Britain rules out embassy move to Jerusalem

Alistair Burt
Updated 27 February 2018

Britain rules out embassy move to Jerusalem

RIYADH: Britain will not follow the US in moving its embassy in Israel from Tel Aviv to Jerusalem, a senior UK government minister told Arab News on Monday.
“The United Kingdom is very clear. This was not a decision that we would have made,” said Alistair Burt, the Minister of State for the Middle East and North Africa.
“If there is a settlement of the issue, I’m sure at that stage it would be possible to move the embassy. At that stage there will be a state of Palestine, and the UK will be very pleased to have an embassy there. So no, we will not be following the United States in this regard.”
US President Donald Trump announced the embassy move late last year, provoking disapproval throughout the Arab world, protests in the occupied West Bank and an overwhelming vote of condemnation at the UN General Assembly in New York. His administration said this week the new embassy would open on May 14.
Burt was speaking to Arab News at an award ceremony in Riyadh for Saudi alumni of British universities.
The minister said Western countries had missed the opportunity to intervene in Syria “probably some years ago” when the Assad regime first used chemical weapons against civilians.
“No one knows what the impact of that intervention would have been,” he said, “but we do know what has happened subsequently, which has been a tragedy.
“The killing and the attacks in Eastern Ghouta must stop. There is no reason for them, there is no excuse for them. The injuries to innocent civilians shock the whole world, but the wider problem is an issue of international order now.
“If the UN Security Council cannot ensure that there is peace and the conflict comes to an end, then there are many big questions for society.”


Israel halts fuel shipments to Gaza over fire balloon launches

Updated 8 min 41 sec ago

Israel halts fuel shipments to Gaza over fire balloon launches

  • Palestinians launched the balloons laden with incendiary material in a bid to pressure Israel to ease its blockade of the Strip and allow new economic projects
  • Israel had earlier retaliated by closing the Strip’s main commercial crossing and striking Hamas military facilities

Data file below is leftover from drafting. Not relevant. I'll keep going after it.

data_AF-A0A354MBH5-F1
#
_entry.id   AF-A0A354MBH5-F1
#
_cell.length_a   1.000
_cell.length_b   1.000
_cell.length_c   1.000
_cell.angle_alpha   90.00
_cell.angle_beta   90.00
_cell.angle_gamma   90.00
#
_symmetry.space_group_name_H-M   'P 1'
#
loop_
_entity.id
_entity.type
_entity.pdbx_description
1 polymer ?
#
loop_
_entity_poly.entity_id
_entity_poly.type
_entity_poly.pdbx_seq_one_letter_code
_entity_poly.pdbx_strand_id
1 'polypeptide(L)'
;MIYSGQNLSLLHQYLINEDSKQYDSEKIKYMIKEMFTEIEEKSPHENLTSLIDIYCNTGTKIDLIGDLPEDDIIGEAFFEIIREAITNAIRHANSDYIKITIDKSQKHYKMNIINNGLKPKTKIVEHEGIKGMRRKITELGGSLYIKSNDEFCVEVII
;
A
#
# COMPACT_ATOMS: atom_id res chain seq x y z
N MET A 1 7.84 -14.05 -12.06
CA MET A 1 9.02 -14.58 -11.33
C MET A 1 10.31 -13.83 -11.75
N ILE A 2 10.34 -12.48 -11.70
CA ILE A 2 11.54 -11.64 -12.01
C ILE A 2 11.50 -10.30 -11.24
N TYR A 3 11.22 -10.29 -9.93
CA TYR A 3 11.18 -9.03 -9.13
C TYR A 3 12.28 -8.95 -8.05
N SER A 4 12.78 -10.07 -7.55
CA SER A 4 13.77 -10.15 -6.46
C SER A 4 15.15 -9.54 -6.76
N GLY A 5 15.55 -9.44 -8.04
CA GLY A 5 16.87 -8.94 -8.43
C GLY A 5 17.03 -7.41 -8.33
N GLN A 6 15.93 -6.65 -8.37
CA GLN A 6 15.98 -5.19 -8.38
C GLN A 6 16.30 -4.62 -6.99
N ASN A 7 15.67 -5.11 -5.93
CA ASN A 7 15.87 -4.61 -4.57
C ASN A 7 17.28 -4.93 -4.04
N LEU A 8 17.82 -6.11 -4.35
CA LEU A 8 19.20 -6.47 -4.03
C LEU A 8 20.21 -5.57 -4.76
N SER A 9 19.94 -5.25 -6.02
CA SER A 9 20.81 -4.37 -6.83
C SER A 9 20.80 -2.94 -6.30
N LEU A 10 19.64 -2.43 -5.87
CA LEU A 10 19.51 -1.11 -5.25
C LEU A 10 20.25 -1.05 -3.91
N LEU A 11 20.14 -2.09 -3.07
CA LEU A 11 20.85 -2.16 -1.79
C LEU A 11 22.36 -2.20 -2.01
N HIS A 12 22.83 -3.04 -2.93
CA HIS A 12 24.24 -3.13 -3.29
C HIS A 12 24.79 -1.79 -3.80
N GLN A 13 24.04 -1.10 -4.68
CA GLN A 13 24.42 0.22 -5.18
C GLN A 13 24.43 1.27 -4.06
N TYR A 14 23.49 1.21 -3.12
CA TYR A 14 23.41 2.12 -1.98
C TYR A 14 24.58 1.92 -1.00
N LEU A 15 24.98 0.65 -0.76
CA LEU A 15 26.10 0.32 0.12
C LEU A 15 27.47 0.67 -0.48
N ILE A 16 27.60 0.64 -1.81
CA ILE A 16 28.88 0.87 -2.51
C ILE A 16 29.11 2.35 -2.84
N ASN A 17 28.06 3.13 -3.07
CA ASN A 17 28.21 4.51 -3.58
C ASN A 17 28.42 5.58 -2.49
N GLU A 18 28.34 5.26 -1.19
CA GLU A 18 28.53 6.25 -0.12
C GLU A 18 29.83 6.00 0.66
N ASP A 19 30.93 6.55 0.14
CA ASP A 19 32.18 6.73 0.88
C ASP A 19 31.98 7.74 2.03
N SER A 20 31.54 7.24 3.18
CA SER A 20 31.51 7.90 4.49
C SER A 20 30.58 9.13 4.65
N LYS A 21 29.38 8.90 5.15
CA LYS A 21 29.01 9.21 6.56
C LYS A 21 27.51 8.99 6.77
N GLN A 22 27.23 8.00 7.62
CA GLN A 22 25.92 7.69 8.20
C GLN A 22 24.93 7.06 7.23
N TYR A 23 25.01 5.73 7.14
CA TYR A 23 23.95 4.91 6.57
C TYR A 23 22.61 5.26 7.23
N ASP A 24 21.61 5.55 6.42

TEL AVIV/GAZA: Israel on Thursday said it will stop shipments of fuel into Gaza in response to Palestinians in the enclave launching incendiary balloons that have torched tracts of farmland on the Israeli frontier.
Palestinians in Islamist Hamas-ruled Gaza in recent days have launched dozens of helium balloons laden with incendiary material in a bid to pressure Israel to ease its blockade of the Strip and allow new economic projects.
Israel, which cites security threats from Hamas for its land and naval blockade, had earlier retaliated by closing the Strip’s main commercial crossing and striking Hamas military facilities with warplanes, attack helicopters and tanks.
Escalating the measures on Thursday, Defense Minister Benny Gantz ordered a halt to fuel imports into Gaza “in light of the continued launching of incendiary balloons from the Strip” toward Israel, the defense ministry said in a statement.
Hamas spokesman Fawzi Barhoum called the measure a “grave act of aggression” that “aims to worsen the crisis of our people in the blockaded Strip.” The Mediterranean coastal enclave relies on Israel for most of its fuel and gas.
The halt in fuel could shut down Gaza’s sole power plant and lead to further electricity cuts for households and businesses, according to Mohammad Thabet, an official with Gaza’s main power distribution company.
Palestinians in Gaza currently get six hours of electricity followed by a 10 hour power cut.
A cease-fire deal brokered last year by Egypt, Qatar and the United Nations following a deadly surge in violence was to see Israel allow new development projects, including an industrial zone and a hospital.
Hamas has accused Israel of not fully complying with those understandings. Israel, which deems Hamas a terrorist organization, shuns direct negotiations and has never publicly acknowledged the deal.
On Wednesday, Israel reduced the area where it permits Palestinians to fish from 15 miles (24 km) to eight miles (13 km), calling it a response to the balloon launches.